Never has the world been so obsessively concerned with the inner workings and minor electoral battles of the U.S. Democratic Party. And no wonder: Never has the fate of the world, its physical safety and economic security, been so utterly dependent on one party’s ability to turn itself around, to undo the terrifying results of the 2016 election and achieve a congressional victory in November that might protect us all against the worst. This summer, we are all a Democratic Party campaign team.
And, like the party itself, we have wildly different ideas about the path to victory. We should pay close attention to surprise upsets, where a novel candidate has overturned electoral logic.
Recently, there have been two of those – with seemingly opposite conclusions to be drawn.
The first, on March 13, was the surprise victory, by 755 votes, of a Democratic candidate for the House of Representatives in a special election for Pennsylvania’s 18th district, a Republican-leaning Rust Belt constituency that had voted for Donald Trump over Hillary Clinton in 2016 by a 60-40 margin.
That candidate, former U.S. Marine and federal prosecutor Conor Lamb, won not so much by campaigning against his Republican opponent or against Mr. Trump, but by campaigning against his own party’s liberal elite.
In his key election ad, he denounced Nancy Pelosi, the California Democrat who is the party’s leader in the House and a symbol of West Coast liberalism, declaring that he’d vote to replace her. In another ad, he fired an AR-15-style rifle and declared that he “loves to shoot.” He spoke favourably of Mr. Trump’s steel tariffs (but also supported unions). He is a Blue Dog Democrat, the party’s least liberal faction.
The party chose him for these reasons and threw millions into his campaign. They also chose him for less frequently mentioned reasons: He’s a white male. Voters in Rust Belt states who switched from the Democrats to Mr. Trump in 2016 told exit pollsters they found Hillary Clinton too liberal – but analysts believe that means many didn’t want a woman in power and had become uneasy with Barack Obama’s rainbow coalition.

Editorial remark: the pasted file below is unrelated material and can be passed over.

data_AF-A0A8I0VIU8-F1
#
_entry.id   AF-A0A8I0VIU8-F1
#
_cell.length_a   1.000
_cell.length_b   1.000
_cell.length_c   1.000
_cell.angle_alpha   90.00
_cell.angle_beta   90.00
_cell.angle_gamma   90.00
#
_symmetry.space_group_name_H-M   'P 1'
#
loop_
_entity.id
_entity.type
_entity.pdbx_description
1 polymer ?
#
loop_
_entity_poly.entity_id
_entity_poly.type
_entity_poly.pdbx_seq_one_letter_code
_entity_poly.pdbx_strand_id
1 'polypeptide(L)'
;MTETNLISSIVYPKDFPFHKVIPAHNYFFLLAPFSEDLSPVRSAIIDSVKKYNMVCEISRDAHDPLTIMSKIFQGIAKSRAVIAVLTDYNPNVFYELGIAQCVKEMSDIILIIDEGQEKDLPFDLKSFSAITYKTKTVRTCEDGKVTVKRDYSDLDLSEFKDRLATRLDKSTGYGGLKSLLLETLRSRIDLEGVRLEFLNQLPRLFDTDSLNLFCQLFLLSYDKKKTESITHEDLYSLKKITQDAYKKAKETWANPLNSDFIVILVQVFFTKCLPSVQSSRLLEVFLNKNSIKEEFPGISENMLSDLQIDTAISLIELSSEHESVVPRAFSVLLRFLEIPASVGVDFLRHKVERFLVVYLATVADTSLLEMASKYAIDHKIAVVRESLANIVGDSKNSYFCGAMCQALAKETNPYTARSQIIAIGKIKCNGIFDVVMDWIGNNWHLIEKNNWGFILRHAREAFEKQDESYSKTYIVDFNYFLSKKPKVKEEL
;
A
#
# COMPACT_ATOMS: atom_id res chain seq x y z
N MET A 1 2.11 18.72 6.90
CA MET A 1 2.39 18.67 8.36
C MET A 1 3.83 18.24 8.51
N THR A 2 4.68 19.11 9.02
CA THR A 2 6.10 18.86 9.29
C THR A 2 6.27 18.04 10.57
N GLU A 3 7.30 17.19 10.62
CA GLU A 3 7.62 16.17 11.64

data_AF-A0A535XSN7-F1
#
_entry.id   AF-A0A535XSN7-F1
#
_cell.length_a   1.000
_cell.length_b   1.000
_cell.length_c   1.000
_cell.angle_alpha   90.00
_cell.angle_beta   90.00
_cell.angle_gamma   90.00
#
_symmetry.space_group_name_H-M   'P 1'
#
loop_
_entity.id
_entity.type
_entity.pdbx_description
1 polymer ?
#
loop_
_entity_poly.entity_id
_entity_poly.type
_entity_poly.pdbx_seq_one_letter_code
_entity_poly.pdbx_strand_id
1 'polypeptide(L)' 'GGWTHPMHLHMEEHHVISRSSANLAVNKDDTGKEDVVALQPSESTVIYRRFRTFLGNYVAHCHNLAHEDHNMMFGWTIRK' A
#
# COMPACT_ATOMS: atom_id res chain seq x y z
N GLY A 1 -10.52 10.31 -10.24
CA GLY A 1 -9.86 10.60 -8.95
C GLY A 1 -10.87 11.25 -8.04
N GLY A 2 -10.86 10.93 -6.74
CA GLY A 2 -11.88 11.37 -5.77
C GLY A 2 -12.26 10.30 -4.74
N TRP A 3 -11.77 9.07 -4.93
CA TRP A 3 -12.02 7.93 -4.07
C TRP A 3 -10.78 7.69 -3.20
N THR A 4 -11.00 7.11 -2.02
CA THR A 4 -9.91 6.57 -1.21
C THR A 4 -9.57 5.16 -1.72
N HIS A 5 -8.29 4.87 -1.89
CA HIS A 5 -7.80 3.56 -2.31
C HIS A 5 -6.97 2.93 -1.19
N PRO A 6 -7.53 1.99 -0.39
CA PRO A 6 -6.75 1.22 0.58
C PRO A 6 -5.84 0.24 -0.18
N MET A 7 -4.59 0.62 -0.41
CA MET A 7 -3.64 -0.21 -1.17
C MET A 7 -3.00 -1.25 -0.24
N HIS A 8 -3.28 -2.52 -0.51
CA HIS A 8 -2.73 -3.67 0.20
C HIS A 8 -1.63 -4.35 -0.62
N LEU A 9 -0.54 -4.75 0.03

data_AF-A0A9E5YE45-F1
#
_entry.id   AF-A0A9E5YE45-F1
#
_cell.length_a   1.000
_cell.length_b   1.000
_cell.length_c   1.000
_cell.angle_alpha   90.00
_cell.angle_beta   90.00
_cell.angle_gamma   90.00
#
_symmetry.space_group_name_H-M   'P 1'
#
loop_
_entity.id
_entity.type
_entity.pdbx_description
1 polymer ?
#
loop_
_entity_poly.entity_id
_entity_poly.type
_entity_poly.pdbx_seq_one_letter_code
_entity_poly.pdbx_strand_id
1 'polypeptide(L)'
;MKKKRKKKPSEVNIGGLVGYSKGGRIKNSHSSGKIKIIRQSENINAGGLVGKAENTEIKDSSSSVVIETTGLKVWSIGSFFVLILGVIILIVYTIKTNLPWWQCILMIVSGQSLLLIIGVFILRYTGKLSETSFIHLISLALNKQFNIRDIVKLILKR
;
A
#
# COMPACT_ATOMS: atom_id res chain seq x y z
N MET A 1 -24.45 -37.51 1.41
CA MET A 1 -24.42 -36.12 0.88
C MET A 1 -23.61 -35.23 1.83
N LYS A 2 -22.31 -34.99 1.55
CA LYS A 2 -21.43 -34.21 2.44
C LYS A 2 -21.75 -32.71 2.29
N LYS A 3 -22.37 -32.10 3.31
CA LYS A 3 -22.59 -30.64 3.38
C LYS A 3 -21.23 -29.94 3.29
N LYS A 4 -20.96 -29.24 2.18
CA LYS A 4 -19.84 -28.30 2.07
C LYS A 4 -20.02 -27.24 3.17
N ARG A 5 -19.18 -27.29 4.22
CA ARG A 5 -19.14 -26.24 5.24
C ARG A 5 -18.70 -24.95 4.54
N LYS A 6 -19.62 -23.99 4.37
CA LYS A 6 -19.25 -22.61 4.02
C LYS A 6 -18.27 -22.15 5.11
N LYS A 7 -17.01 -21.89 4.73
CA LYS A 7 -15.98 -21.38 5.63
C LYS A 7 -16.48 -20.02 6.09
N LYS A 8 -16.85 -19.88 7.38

So Mr. Lamb’s campaign didn’t mention Hillary Clinton or Barack Obama. “I just say, usually, ’Look, I’m a Democrat because my grandfather was a Democrat, and he was because F.D.R. was.” In other words, he won by erasing his party’s diversity and campaigning against its liberalism.
This week, we saw another Democratic candidate win a surprise upset by campaigning against her own party’s liberalism. Alexandria Ocasio-Cortez, a 28-year-old Bronx bartender (and former staffer in the office of the late Senator Ted Kennedy) charmed and doorstepped her way to victory in the Democratic primary in New York’s safely Democratic 14th Congressional district.
She won by campaigning against incumbent Joe Crowley, a 10-term congressman who is one of the party’s great fundraisers and considered a backer of, and potential successor to, Ms. Pelosi.
But Ms. Ocasio-Cortez denounced her party’s liberalism from the left: A member of Democratic Socialists of America, she sees mere liberalism as insufficiently progressive, calling for public health care and gun control (in Canada, she wouldn’t stand out in the federal NDP or Liberals). She appealed to a widespread sense among urban Democrats that Hillary Clinton and Barack Obama had been insufficiently progressive and had allowed Mr. Trump’s rise by compromising too much.
She also campaigned against her party’s lack of diversity, exclaiming in one interview “How is it that five Irish dudes just handed this seat to each other for the last 50 years?”
The liberal Democrat appears to be an endangered species, attacked from the right in Pennsylvania and from the left in New York City. In theory, this combination could work well for the party: It needs more radical, exciting candidates in safe urban districts to motivate established Democratic voters and stave off the threat of a third party to the left. And it needs more socially conservative (but fiscally progressive) candidates in the most hotly contested swing-state districts to grab back those decisive alienated voters.
That mix might work in November, 2018. The challenge will come in 2020, when the world’s most important decision will be the Democrats’ choice of a leader who can square the interests of Mr. Lamb’s party-switching whitebread voters and Ms. Ocasio-Cortez’s forward-thinking young urbanites and deliver a message that somehow speaks to both.
The party has found such uniters in the past – but it’s never done so under such urgent and fraught circumstances, with so much at stake for the entire world.